Religious Ideology and Social Control: Abortion and the Catholic Church

Linked with Maria José Rosado Nune /Sister Zecas – Brazil, and with

Published on, by Maria José Rosado, not dated (may be old).

The Roman Catholic Church has been identified as one of the most powerful adversaries of the campaign to legalize and/or decriminalize abortion waged by feminist groups in Brazil.

The Catholic Church does indeed wield considerable social power in Brazil, acting as a major pressure group, lobbying the government and Congress, influencing the mass media, and transmitting the official Catholic doctrine on abortion to the men and particularly the women in its congregation, via specialized cadres of both genders.

However, despite the appearance of absolute consensus in the Church’s condemnation of abortion, careful observation of its practice shows that there are in fact contradictions rather than complete homogeneity. Leila Linhares (1992), analyzing the history of the pro-abortion movement in Brazil, clearly shows how the women’s movement has built alliances with segments of the Catholic Church, not for abortion but for other social issues.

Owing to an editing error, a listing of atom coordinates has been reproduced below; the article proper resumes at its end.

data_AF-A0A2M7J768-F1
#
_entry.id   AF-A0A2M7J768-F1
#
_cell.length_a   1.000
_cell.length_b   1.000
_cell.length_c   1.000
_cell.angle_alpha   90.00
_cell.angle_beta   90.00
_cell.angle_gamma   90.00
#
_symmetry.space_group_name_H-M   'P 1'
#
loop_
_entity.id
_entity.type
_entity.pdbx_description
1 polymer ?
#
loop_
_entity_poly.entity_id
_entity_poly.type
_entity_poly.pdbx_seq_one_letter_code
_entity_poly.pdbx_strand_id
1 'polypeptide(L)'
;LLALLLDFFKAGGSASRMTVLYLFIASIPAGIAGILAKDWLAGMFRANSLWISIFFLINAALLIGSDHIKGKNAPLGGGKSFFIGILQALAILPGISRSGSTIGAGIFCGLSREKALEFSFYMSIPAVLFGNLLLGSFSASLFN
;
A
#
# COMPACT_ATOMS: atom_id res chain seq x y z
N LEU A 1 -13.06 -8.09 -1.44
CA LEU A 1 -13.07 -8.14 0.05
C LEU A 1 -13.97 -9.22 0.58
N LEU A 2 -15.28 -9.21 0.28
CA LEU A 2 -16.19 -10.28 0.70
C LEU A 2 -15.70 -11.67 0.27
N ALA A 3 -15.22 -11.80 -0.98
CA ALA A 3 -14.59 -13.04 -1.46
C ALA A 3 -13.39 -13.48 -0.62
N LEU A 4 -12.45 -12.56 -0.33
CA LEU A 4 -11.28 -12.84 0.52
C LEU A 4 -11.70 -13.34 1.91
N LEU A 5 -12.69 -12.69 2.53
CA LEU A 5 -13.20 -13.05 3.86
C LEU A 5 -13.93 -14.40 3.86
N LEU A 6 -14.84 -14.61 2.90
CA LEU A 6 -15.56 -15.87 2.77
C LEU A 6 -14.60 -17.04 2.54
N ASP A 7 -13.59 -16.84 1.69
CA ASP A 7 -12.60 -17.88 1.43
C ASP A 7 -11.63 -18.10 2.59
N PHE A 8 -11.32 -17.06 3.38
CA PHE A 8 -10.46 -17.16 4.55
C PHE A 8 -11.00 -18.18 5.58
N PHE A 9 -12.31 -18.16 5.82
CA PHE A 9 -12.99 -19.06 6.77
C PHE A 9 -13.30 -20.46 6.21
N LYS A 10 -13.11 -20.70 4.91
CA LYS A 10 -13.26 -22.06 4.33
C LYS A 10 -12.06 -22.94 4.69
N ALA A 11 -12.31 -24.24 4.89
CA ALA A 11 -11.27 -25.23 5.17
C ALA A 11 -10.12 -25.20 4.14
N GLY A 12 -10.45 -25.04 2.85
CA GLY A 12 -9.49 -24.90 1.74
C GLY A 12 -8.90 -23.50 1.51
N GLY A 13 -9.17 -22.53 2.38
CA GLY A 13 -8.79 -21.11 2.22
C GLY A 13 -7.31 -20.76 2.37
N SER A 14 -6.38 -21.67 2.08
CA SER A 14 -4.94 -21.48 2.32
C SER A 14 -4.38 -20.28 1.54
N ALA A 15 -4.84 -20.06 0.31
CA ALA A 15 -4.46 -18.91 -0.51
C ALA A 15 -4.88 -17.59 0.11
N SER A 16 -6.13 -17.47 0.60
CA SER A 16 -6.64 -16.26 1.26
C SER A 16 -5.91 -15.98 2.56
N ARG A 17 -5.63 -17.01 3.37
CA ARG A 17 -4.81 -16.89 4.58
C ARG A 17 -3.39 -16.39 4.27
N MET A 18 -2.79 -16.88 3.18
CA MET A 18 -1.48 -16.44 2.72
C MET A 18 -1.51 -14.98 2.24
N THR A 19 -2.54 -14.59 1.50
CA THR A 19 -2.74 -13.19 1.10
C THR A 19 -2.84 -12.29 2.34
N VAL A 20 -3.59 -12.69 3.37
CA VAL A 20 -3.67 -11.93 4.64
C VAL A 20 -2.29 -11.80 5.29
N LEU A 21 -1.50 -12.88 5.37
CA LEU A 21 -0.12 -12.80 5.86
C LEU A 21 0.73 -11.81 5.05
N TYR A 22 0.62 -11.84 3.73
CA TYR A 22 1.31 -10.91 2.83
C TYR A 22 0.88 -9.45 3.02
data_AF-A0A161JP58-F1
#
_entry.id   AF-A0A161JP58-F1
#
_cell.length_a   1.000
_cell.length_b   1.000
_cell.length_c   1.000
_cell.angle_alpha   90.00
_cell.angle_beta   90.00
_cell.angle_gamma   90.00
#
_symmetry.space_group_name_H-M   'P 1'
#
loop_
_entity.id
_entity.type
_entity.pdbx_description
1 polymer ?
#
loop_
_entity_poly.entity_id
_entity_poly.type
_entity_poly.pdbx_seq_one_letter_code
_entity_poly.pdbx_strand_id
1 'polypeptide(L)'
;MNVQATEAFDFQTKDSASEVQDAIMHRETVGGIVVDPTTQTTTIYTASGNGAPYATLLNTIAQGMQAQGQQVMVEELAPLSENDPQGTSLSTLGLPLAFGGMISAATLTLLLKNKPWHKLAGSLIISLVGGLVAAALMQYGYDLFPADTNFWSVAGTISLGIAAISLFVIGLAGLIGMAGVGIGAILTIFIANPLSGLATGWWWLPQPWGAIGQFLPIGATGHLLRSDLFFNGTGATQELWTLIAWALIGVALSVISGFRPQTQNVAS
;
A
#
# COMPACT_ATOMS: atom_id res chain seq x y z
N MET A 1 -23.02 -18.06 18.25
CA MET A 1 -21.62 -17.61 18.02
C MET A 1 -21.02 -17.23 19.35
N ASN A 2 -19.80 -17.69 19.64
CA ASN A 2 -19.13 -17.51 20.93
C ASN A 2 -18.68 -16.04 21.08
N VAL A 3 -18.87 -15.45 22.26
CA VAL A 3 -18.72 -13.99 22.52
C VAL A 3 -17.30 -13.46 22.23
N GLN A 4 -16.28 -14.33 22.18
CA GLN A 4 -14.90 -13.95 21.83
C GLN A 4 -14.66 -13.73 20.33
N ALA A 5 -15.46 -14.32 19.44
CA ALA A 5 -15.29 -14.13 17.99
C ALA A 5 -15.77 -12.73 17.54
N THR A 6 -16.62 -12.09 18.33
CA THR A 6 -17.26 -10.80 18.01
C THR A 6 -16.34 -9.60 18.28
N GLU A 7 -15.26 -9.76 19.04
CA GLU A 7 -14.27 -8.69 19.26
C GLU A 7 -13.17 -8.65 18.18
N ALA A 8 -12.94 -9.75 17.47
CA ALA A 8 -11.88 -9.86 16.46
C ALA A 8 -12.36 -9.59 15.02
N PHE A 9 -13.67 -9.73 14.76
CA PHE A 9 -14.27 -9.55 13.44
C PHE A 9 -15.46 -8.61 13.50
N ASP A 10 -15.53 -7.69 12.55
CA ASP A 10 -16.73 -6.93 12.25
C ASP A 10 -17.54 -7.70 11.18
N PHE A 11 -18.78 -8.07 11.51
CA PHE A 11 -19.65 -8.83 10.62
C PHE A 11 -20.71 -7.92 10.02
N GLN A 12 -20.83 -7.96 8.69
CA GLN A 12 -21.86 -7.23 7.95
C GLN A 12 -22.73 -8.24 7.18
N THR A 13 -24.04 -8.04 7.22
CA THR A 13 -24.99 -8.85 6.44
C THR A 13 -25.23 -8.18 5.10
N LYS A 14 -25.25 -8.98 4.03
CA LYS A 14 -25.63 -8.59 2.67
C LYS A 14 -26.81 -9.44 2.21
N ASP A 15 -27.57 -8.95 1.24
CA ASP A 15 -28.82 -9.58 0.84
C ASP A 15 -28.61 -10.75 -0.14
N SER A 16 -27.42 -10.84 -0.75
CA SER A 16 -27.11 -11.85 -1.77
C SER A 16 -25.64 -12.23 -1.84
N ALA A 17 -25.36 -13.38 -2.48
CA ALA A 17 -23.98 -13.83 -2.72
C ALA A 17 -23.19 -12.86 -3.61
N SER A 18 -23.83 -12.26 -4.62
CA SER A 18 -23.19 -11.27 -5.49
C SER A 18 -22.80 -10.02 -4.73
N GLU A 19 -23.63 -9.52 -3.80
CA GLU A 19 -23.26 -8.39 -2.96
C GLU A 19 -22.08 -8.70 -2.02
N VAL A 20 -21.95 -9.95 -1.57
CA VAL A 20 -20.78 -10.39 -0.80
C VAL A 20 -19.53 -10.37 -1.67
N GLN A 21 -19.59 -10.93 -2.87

The need for such alliances placed constraints on women’s demands and limited the issues debated by the movement, but on the other hand they at times amplified the repercussions of feminist struggles, because of the Church’s social penetration and its power to influence society.

In the 1970s, firm opposition to the military regime by key members of the Catholic hierarchy and the Church’s privileged position in negotiations with the state greatly boosted the institution’s credibility in the eyes of the leftwing groups with which feminists were allied or to which they belonged.

The women’s movement was therefore able to find allies in the Catholic Church who supported campaigns for daycare centers, against the cost of living, for political prisoners etc.

However, as the military began liberalizing the regime in the 1980s and feminists extended their demands explicitly to the right for women to decide freely on sexual matters, including the right to interrupt an unwanted pregnancy, the Church reacted adversely, and conflict entered the relationship.

As Geraldine Sharp recalls in a recent text, any change in the patriarchal organization of the family or attempt to enhance women’s autonomy in the sphere of sexuality and reproduction threatens the basis of Catholic belief and tradition.

Women’s demands for recognition of their moral capacity to take decisions that are acceptable from the ethical and religious standpoints; for recognition of their right to decide matters affecting their own lives and bodies and of their experiences as a fit subject for Christian reflection in the sphere of sexual morals — all these women’s demands generate situations of conflict within the Catholic Church.

The Catholic Church and the abortion debate in Brazil: … (full text).

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